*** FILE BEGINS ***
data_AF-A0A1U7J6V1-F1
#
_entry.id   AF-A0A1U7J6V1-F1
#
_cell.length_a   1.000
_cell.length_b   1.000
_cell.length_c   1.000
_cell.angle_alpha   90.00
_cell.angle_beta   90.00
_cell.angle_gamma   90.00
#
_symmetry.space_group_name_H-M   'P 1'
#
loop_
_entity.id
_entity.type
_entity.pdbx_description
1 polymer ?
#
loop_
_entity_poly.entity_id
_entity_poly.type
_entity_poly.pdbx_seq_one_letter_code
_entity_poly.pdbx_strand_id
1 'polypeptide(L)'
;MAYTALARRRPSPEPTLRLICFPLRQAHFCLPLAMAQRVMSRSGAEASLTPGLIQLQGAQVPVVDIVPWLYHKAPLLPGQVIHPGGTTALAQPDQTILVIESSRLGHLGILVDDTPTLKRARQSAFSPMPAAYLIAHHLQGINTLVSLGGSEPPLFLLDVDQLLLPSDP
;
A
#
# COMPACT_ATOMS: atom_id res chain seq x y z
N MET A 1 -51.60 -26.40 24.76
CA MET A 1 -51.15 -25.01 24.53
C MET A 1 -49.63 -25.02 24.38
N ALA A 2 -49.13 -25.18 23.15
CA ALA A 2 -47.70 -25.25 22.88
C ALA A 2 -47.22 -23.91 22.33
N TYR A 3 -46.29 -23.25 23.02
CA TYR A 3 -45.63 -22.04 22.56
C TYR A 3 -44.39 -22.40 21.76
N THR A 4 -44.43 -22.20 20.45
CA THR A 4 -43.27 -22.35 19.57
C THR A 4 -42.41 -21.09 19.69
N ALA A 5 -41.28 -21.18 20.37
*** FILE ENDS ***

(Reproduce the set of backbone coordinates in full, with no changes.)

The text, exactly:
data_AF-A0A1U7J6V1-F1
#
_entry.id   AF-A0A1U7J6V1-F1
#
_cell.length_a   1.000
_cell.length_b   1.000
_cell.length_c   1.000
_cell.angle_alpha   90.00
_cell.angle_beta   90.00
_cell.angle_gamma   90.00
#
_symmetry.space_group_name_H-M   'P 1'
#
loop_
_entity.id
_entity.type
_entity.pdbx_description
1 polymer ?
#
loop_
_entity_poly.entity_id
_entity_poly.type
_entity_poly.pdbx_seq_one_letter_code
_entity_poly.pdbx_strand_id
1 'polypeptide(L)'
;MAYTALARRRPSPEPTLRLICFPLRQAHFCLPLAMAQRVMSRSGAEASLTPGLIQLQGAQVPVVDIVPWLYHKAPLLPGQVIHPGGTTALAQPDQTILVIESSRLGHLGILVDDTPTLKRARQSAFSPMPAAYLIAHHLQGINTLVSLGGSEPPLFLLDVDQLLLPSDP
;
A
#
# COMPACT_ATOMS: atom_id res chain seq x y z
N MET A 1 -51.60 -26.40 24.76
CA MET A 1 -51.15 -25.01 24.53
C MET A 1 -49.63 -25.02 24.38
N ALA A 2 -49.13 -25.18 23.15
CA ALA A 2 -47.70 -25.25 22.88
C ALA A 2 -47.22 -23.91 22.33
N TYR A 3 -46.29 -23.25 23.02
CA TYR A 3 -45.63 -22.04 22.56
C TYR A 3 -44.39 -22.40 21.76
N THR A 4 -44.43 -22.20 20.45
CA THR A 4 -43.27 -22.35 19.57
C THR A 4 -42.41 -21.09 19.69
N ALA A 5 -41.28 -21.18 20.37